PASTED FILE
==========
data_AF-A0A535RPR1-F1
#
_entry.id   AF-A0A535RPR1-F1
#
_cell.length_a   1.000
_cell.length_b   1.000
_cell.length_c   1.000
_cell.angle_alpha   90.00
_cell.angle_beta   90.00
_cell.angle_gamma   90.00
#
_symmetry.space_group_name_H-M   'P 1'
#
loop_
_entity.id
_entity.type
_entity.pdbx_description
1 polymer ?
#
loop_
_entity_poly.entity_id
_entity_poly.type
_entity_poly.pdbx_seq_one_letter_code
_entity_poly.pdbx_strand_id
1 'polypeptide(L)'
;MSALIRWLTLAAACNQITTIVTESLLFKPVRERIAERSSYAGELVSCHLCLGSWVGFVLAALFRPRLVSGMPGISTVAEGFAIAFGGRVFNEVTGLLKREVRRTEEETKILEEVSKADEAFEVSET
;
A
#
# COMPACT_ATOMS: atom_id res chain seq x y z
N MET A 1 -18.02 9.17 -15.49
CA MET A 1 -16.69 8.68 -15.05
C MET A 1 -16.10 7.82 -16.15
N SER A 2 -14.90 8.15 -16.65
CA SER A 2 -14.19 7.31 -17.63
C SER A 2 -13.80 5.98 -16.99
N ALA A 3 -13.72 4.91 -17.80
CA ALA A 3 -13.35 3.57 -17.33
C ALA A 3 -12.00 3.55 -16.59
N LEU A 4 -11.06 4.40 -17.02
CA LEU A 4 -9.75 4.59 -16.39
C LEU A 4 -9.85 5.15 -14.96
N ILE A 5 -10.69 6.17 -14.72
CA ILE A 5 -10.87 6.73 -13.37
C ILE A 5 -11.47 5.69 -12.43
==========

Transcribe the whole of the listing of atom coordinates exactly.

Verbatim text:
data_AF-A0A535RPR1-F1
#
_entry.id   AF-A0A535RPR1-F1
#
_cell.length_a   1.000
_cell.length_b   1.000
_cell.length_c   1.000
_cell.angle_alpha   90.00
_cell.angle_beta   90.00
_cell.angle_gamma   90.00
#
_symmetry.space_group_name_H-M   'P 1'
#
loop_
_entity.id
_entity.type
_entity.pdbx_description
1 polymer ?
#
loop_
_entity_poly.entity_id
_entity_poly.type
_entity_poly.pdbx_seq_one_letter_code
_entity_poly.pdbx_strand_id
1 'polypeptide(L)'
;MSALIRWLTLAAACNQITTIVTESLLFKPVRERIAERSSYAGELVSCHLCLGSWVGFVLAALFRPRLVSGMPGISTVAEGFAIAFGGRVFNEVTGLLKREVRRTEEETKILEEVSKADEAFEVSET
;
A
#
# COMPACT_ATOMS: atom_id res chain seq x y z
N MET A 1 -18.02 9.17 -15.49
CA MET A 1 -16.69 8.68 -15.05
C MET A 1 -16.10 7.82 -16.15
N SER A 2 -14.90 8.15 -16.65
CA SER A 2 -14.19 7.31 -17.63
C SER A 2 -13.80 5.98 -16.99
N ALA A 3 -13.72 4.91 -17.80
CA ALA A 3 -13.35 3.57 -17.33
C ALA A 3 -12.00 3.55 -16.59
N LEU A 4 -11.06 4.40 -17.02
CA LEU A 4 -9.75 4.59 -16.39
C LEU A 4 -9.85 5.15 -14.96
N ILE A 5 -10.69 6.17 -14.72
CA ILE A 5 -10.87 6.73 -13.37
C ILE A 5 -11.47 5.69 -12.43